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I think this is supposed to go at the front of the thread, but I wrote the story first.

Country – South Africa, Limpopo Province

Dates – Travel + Hunt: 14 JUN – 01 JUL 2019

Hunt: 17 JUN – 29 JUN 2019 (13 days)

Type of Hunt – Plains Game + Cape Buffalo

Method of Hunting – Rifle

Equipment –

Plains Game (me): Tikka M695 .338 Win. Mag. Left-handed with Leupold VX-II 3-9x40 optic and Barnes VOR-TX 225-grain ammunition

Plains Game (dad and his uncle): Sako A7 Roughtech Pro 7mm Rem. Mag with Leupold 3-18 optic (not sure on the specific model, illuminated Boone & Crockett reticle) and Barnes VOR-TX 160-grain ammunition

Cape Buffalo (dad): Kimber of Oregon African .416 Rigby with Trijicon Accupoint 1-6x24 optic and Barnes VOR-TX Safari 400-grain solid and expanding ammunition

Outfitter – Motshwere Safaris and Outfitters, operated by Werner Lewies

PH – Tiaan 1, Tiaan 2 (they had two PH’s with the same given name and surname), Harry, Intern whose name I didn't catch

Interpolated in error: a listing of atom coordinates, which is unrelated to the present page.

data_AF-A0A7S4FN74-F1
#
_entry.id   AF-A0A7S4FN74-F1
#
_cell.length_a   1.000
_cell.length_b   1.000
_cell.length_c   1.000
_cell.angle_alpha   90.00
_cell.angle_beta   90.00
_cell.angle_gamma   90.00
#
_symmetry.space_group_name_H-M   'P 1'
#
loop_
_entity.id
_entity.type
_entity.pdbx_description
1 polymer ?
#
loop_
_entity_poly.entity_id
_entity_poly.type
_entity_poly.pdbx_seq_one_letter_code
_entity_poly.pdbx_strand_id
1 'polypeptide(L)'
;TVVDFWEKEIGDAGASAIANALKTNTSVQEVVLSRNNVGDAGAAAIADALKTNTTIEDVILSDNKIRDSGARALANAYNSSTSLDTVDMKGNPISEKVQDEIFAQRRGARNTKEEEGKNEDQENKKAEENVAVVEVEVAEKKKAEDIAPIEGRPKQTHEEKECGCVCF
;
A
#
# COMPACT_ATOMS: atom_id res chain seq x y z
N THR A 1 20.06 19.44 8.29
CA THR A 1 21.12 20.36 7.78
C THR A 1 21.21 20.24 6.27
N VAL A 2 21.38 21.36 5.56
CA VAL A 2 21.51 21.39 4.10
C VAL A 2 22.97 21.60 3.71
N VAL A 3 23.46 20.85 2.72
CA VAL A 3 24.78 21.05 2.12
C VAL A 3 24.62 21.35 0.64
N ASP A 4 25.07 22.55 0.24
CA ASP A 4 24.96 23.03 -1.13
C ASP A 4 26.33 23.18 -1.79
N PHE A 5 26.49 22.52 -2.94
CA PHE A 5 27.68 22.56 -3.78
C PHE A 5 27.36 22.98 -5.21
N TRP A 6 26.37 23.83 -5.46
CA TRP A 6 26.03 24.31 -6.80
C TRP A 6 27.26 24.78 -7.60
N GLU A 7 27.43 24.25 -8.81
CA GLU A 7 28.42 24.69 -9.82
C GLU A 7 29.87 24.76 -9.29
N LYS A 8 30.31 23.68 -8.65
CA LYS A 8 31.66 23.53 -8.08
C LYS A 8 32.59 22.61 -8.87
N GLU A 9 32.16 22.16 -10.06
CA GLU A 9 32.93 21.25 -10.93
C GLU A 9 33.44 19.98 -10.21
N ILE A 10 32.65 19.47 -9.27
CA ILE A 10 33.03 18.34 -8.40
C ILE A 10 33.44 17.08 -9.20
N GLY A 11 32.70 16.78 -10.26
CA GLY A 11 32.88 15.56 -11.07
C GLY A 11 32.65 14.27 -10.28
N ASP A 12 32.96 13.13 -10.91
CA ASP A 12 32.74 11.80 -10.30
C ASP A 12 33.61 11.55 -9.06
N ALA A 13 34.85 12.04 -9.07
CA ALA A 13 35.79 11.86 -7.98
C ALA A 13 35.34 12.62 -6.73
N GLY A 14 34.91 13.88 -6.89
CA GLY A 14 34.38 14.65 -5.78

Agent – I think my dad did a lot of his negotiating and pre-trip communication with Scott Blackburn, one of Motshwere’s U.S. reps. Flights and paperwork we figured out largely on our own.

Locations Hunted – Various private ranches and tribal concessions in Limpopo province.

Species Hunted –

Me: Zebra, Gemsbok, Kudu, Impala, Blue Wildebeest, Blesbok, Black Wildebeest, Warthog

Dad: Cape Buffalo, Nyala, Eland, Zebra, Aoudad Sheep, Impala, Waterbuck, Kudu

Uncle: Gemsbok, Sable, Blue Wildebeest, Impala

Trophy Quality – I am not a professional judge of trophy quality and I decided not to measure horns. I felt like the animals I came away with were amazing. I felt good about all of my trophies. I think my dad was pretty happy overall with his trophies, especially his Cape Buffalo. Since the hunt ended he has brought up getting a better Kudu multiple times, and I don’t think he quite got the Impala he was looking for.